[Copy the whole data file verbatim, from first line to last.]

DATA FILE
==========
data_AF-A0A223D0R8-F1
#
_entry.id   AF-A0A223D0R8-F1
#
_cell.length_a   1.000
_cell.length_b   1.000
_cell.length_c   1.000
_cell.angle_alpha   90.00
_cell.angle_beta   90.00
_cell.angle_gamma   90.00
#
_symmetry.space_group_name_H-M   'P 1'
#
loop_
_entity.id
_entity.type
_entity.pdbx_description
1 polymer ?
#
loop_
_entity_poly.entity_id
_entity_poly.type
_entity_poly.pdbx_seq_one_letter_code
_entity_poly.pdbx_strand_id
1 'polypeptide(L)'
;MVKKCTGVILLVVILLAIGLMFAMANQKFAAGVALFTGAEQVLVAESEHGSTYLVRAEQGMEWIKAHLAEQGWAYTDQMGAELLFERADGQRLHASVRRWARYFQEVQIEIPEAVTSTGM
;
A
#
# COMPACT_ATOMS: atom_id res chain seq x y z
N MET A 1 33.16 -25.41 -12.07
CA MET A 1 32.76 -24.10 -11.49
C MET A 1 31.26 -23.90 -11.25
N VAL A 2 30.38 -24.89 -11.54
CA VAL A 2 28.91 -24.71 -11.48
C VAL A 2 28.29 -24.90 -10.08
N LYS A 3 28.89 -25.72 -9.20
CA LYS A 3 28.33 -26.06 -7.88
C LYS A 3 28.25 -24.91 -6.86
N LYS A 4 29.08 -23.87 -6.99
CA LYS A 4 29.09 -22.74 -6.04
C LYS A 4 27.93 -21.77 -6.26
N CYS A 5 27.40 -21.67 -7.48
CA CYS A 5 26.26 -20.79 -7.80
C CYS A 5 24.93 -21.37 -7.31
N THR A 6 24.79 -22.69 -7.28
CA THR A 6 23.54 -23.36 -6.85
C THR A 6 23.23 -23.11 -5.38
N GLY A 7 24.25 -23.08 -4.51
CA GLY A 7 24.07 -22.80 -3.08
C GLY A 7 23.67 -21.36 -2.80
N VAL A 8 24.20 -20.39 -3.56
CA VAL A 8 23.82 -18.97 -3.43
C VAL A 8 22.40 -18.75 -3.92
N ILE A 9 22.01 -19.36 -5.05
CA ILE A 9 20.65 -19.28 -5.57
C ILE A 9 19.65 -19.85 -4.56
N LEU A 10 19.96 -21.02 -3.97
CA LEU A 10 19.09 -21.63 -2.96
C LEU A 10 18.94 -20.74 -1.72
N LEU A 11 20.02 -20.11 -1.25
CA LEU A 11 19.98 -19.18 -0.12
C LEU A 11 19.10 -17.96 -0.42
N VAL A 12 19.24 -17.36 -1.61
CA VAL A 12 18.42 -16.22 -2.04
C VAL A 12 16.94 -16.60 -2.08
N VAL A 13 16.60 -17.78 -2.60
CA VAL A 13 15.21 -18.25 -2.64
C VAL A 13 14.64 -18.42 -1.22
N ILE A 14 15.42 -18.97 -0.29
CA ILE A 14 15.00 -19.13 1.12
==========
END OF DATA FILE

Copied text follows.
data_AF-A0A223D0R8-F1
#
_entry.id   AF-A0A223D0R8-F1
#
_cell.length_a   1.000
_cell.length_b   1.000
_cell.length_c   1.000
_cell.angle_alpha   90.00
_cell.angle_beta   90.00
_cell.angle_gamma   90.00
#
_symmetry.space_group_name_H-M   'P 1'
#
loop_
_entity.id
_entity.type
_entity.pdbx_description
1 polymer ?
#
loop_
_entity_poly.entity_id
_entity_poly.type
_entity_poly.pdbx_seq_one_letter_code
_entity_poly.pdbx_strand_id
1 'polypeptide(L)'
;MVKKCTGVILLVVILLAIGLMFAMANQKFAAGVALFTGAEQVLVAESEHGSTYLVRAEQGMEWIKAHLAEQGWAYTDQMGAELLFERADGQRLHASVRRWARYFQEVQIEIPEAVTSTGM
;
A
#
# COMPACT_ATOMS: atom_id res chain seq x y z
N MET A 1 33.16 -25.41 -12.07
CA MET A 1 32.76 -24.10 -11.49
C MET A 1 31.26 -23.90 -11.25
N VAL A 2 30.38 -24.89 -11.54
CA VAL A 2 28.91 -24.71 -11.48
C VAL A 2 28.29 -24.90 -10.08
N LYS A 3 28.89 -25.72 -9.20
CA LYS A 3 28.33 -26.06 -7.88
C LYS A 3 28.25 -24.91 -6.86
N LYS A 4 29.08 -23.87 -6.99
CA LYS A 4 29.09 -22.74 -6.04
C LYS A 4 27.93 -21.77 -6.26
N CYS A 5 27.40 -21.67 -7.48
CA CYS A 5 26.26 -20.79 -7.80
C CYS A 5 24.93 -21.37 -7.31
N THR A 6 24.79 -22.69 -7.28
CA THR A 6 23.54 -23.36 -6.85
C THR A 6 23.23 -23.11 -5.38
N GLY A 7 24.25 -23.08 -4.51
CA GLY A 7 24.07 -22.80 -3.08
C GLY A 7 23.67 -21.36 -2.80
N VAL A 8 24.20 -20.39 -3.56
CA VAL A 8 23.82 -18.97 -3.43
C VAL A 8 22.40 -18.75 -3.92
N ILE A 9 22.01 -19.36 -5.05
CA ILE A 9 20.65 -19.28 -5.57
C ILE A 9 19.65 -19.85 -4.56
N LEU A 10 19.96 -21.02 -3.97
CA LEU A 10 19.09 -21.63 -2.96
C LEU A 10 18.94 -20.74 -1.72
N LEU A 11 20.02 -20.11 -1.25
CA LEU A 11 19.98 -19.18 -0.12
C LEU A 11 19.10 -17.96 -0.42
N VAL A 12 19.24 -17.36 -1.61
CA VAL A 12 18.42 -16.22 -2.04
C VAL A 12 16.94 -16.60 -2.08
N VAL A 13 16.60 -17.78 -2.60
CA VAL A 13 15.21 -18.25 -2.64
C VAL A 13 14.64 -18.42 -1.22
N ILE A 14 15.42 -18.97 -0.29
CA ILE A 14 15.00 -19.13 1.12